Honorable Deborah Hersman, NTSB Board MemberRemarks of Debbie Hersman
Member, National Transportation Safety Board
Before
Advocates for Highway and Auto Safety
Washington, DC
January 8, 2007

 

 


Thank you for inviting me to participate in this very important press conference to highlight the limited progress States have made over the last year in improving highway safety.  I am honored to represent the National Transportation Safety Board and to stand here with Advocates for Highway and Auto Safety, Representative Dan Frankel, who has championed motorcycle helmet legislation in his home State of Pennsylvania, and Dr. Wayne Moore, a familiar face from Meharry Medical College, with whom the Safety Board has worked on primary enforcement legislation in several States across the country.  I also want to extend special recognition to Avi Edelman and Adam Yalowitz; it is wonderful to see two high school students be so proactive in addressing the leading cause of death for teenagers, motor vehicle crashes.

Improving highway safety is paramount at the Safety Board.  While the Board investigates crashes in all modes of transportation, we know that over 90 percent of transportation-related fatalities occur on our nation’s highways.   For far too long we, as a society, have tolerated the annual death of about 43,000 people: mothers, fathers, sisters, brothers, sons, daughters, aunts, uncles, friends, and colleagues.  The legislative leaders in the States can stop this needless loss of life by making highway safety a priority.  The 2007 Roadmap to State Highway Safety Laws identifies some very simple measures that States can take to reduce the tragedies that occur every day on our nation’s highways.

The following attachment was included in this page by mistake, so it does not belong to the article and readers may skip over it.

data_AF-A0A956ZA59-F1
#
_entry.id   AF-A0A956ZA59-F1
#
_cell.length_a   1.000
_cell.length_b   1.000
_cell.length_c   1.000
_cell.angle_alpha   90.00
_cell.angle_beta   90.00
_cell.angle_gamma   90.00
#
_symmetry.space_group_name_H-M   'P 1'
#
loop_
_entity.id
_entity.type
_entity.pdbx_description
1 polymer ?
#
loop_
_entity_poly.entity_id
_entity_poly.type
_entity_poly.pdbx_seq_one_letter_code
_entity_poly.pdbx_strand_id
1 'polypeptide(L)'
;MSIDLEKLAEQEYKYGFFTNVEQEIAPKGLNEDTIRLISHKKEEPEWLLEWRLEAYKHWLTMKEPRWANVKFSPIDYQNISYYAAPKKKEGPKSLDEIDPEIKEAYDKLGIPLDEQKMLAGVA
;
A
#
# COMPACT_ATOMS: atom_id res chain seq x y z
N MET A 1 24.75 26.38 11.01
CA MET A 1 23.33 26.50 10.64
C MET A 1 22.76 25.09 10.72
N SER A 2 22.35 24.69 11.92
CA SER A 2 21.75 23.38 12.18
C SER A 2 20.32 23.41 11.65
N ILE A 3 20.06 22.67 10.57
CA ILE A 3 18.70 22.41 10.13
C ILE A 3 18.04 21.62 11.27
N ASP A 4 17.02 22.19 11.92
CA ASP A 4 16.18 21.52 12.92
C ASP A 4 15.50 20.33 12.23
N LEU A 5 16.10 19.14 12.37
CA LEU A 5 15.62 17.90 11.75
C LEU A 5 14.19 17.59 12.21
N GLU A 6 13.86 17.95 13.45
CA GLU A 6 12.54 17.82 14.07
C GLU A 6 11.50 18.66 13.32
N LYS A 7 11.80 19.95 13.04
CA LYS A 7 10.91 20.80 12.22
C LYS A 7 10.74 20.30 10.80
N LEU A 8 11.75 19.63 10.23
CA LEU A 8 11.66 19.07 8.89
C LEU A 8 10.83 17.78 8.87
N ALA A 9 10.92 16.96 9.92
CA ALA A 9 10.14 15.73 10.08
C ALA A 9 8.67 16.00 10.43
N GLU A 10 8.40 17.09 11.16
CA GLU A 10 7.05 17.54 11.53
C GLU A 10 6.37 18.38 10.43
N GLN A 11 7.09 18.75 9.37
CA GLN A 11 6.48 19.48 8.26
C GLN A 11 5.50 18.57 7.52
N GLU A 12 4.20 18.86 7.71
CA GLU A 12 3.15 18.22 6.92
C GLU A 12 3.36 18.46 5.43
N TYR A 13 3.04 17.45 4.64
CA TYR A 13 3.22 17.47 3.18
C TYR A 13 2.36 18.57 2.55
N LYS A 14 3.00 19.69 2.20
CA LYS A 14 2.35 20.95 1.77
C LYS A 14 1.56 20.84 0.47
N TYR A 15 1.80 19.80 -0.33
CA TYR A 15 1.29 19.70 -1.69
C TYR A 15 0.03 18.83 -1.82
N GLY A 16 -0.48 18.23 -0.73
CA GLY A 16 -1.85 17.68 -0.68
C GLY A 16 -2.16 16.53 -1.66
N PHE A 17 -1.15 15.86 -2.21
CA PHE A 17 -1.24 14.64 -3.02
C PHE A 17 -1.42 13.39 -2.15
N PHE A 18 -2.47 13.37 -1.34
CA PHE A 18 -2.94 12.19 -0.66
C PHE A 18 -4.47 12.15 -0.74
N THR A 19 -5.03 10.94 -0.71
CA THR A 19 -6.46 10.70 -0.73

Getting adults, teens, and children to buckle up and keeping impaired drivers off the road are two of the biggest ways to reduce highway fatalities.  We know that more people buckle up when States have strong seat belt laws that authorize primary enforcement and apply to all vehicle seating positions.  We know that more children are buckled up when the driver is buckled up.  And we know that seat belts are the best defense against impaired drivers.  But it would be even better if we could prevent those impaired driving crashes from occurring in the first place.  That requires a comprehensive approach of laws, enforcement, and treatment to help impaired drivers, particularly hard core drinking drivers, change their behavior.   

I want to commend Advocates for its continued efforts to keep highway safety in the forefront!  The annual Roadmap shows both how far we have come and how far we have left to go in better protecting our family, friends, and communities.

Like Advocates, the Safety Board maintains a list of Most Wanted safety improvements.  And like Advocates’ list, primary seat belt enforcement, impaired driving, teen driving, and child occupant protection are at the top of the Board’s Most Wanted list.  We know that too many teens are dying or killing other teens because they lack the experience and maturity to operate motor vehicles safety.  And while the nation has made substantial progress in protecting our youngest vehicle occupants, too many toddlers and young children are being killed because parents do not know and laws do not reflect best practices in child occupant protection.

At our 2006 annual meeting to review the Most Wanted list, the Board determined that only 

  • Twenty-five States have not enacted primary seat belt enforcement laws.
  • Thirty-five States and 3 territories lack laws requiring that children between the ages of 4 and 8 use booster seats.
  • Four States do not have a 3-stage graduated licensing system for young drivers.
  • Twenty-seven States lack a passenger restriction that meets the Board's criteria.
  • Thirty-nine States lack laws that prohibit the use of communication devices by young novice drivers.
  • And while 26 States and the District of Columbia have adopted one or more elements of the Board’s model program to reduce hard core drinking driving, only 5 States have developed programs sufficient for the Board to consider the recommendation fully implemented.

The Safety Board is committed to working with Advocates for Highway and Auto Safety and the other dedicated individuals with whom I share the podium today.  We will continue to promote sound legislation and enforcement of those laws, and we will take our message on the road, directly to the States, to encourage States to enact comprehensive highway safety legislation.  Together, we can do it.  Thank you.

 

Speeches & Testimony